What local small businesses can learn from the US Airways tweet

This cat looks worried because he's screwed up online and doesn't know what to doThere was a bit of a uproar last week about a U.S airline that tweeted a (definitely) NSFW picture during a response to a customer.

I’m not linking to the photo but I’m sure a bit of Googling could find it if you really wanted. (Hint, you don’t really want to find it.)

What I wanted to discuss today wasn’t the actual photo or how the incident occurred – lots of pixels have died in that discussion already.

No, I wanted to discuss how you, as a local small business owner, should respond if something goes wrong for you online.

The first thing to remember

It can happen to you.

It is easy to think that these things only happen to big brands with inexperienced interns, overworked communications personnel or disgruntled employees (and as a side note, are employees ever ‘gruntled’?).

However, small businesses can have inexperienced personnel (you), overworked personnel (you) and disgruntled employees (hopefully not you!) too. And things can go wrong even without you realising it.

So what’s the best way to react if you do something wrong online?

Follow the three F’s (and believe me these come from experience!):

1. Accept that you’ve Eff’d up. This is probably the easiest step to follow! You can see that you’ve made a mistake, now to do something about it.

2. Prepare to ‘Fess up. Apologise straight away for the action that occurred. Depending on what you’ve said (or the photo that might have been attached), this apology will vary in difficulty, but regardless it has to be done.

Keep it short, to the point and use words like “We’re/I’m sorry for this update” NOT “We apologise if any offence was caused”. Obviously offence was caused otherwise why are you taking it down?

3. Time to Fix it up. As tempting as it might seem to remove all evidence of your indiscretion only delete the update if it was truly, truly awful (think drunk texting at 3am or NSFW photos sent out publicly awful).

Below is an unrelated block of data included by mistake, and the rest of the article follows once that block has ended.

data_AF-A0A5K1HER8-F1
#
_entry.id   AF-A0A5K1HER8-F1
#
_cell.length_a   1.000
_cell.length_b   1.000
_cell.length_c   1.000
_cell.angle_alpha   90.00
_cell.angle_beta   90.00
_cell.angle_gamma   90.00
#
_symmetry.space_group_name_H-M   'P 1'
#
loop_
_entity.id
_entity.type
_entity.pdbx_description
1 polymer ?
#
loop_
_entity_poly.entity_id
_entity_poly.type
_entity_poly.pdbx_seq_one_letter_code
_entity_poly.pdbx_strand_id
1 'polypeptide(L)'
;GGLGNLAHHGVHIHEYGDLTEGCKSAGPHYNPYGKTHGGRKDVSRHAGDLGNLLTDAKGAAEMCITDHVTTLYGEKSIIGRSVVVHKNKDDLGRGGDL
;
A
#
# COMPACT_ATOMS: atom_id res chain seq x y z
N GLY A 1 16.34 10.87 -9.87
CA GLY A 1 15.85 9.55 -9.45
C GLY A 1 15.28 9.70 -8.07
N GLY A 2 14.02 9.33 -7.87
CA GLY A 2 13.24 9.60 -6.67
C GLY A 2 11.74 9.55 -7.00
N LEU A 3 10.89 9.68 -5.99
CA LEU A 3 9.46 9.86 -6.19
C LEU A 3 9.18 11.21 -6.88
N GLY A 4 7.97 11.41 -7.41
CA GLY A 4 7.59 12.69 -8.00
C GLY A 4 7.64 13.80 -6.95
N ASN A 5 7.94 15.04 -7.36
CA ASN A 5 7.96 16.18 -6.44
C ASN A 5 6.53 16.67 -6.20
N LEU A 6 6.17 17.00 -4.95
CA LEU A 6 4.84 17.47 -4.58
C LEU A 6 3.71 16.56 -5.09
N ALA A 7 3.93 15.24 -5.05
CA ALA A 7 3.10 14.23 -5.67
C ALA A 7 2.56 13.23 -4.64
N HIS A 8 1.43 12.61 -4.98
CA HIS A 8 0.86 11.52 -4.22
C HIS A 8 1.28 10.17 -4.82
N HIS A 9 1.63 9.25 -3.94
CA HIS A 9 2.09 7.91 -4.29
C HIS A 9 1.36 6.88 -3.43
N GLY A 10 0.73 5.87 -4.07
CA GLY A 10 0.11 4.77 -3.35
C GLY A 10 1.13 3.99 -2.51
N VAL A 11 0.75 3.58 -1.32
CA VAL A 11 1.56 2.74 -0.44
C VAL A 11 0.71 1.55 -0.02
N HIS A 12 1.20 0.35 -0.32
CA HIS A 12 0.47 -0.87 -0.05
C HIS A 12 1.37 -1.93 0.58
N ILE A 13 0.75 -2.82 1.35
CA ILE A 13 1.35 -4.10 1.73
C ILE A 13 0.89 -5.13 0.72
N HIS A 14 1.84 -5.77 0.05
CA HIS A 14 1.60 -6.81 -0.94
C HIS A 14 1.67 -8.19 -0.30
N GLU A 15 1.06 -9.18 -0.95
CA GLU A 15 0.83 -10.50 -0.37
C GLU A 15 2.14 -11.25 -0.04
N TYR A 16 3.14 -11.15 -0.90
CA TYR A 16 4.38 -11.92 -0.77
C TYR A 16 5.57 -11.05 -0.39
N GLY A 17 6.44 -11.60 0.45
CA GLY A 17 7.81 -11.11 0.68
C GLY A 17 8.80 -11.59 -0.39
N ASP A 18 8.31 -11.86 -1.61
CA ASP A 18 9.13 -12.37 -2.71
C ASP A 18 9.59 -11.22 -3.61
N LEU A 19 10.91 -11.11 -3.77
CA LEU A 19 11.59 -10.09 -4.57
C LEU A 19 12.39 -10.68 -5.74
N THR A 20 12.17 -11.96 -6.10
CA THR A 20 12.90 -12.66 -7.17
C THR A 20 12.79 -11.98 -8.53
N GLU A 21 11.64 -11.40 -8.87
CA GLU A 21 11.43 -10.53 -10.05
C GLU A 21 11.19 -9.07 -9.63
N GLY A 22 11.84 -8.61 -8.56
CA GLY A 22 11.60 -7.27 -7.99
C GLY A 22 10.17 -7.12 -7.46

If that is the case, explain why you’re removing the update but don’t just delete it without an explanation. Remember there’s no such thing as a deleted online history, someone will always have a screenshot ready!

Also, explain what steps you’re taking to make sure this action will not happen again – for example you’ll be turning the phone off after a couple of wines in future.

What if there’s more fallout?

Sometimes there might be more fallout from your action and your customers or readers want more information / discussion.

Always try to take the discussion offline (or out of the public eye) as soon as possible in that case.

You will get more ‘breathing space’ this way. It is much easier to respond to issues through email; Skype or even face-to-face conversations than in a 140 characters or even a Google+ post. You can provide supporting documentation too in a way that’s just not possible online.

Taking it out of the public eye provides privacy too. If the error impacted on a customer’s confidential information then don’t compound the error by continuing to discuss it in public. Take it out of the public domain and discuss it properly with them.

Got questions about whether your small business is ready to handle an online crisis? Drop me a line or get in touch via Google+

I’d love to know your thoughts on this article. Meet me over on Google+ to join the conversation right now! 



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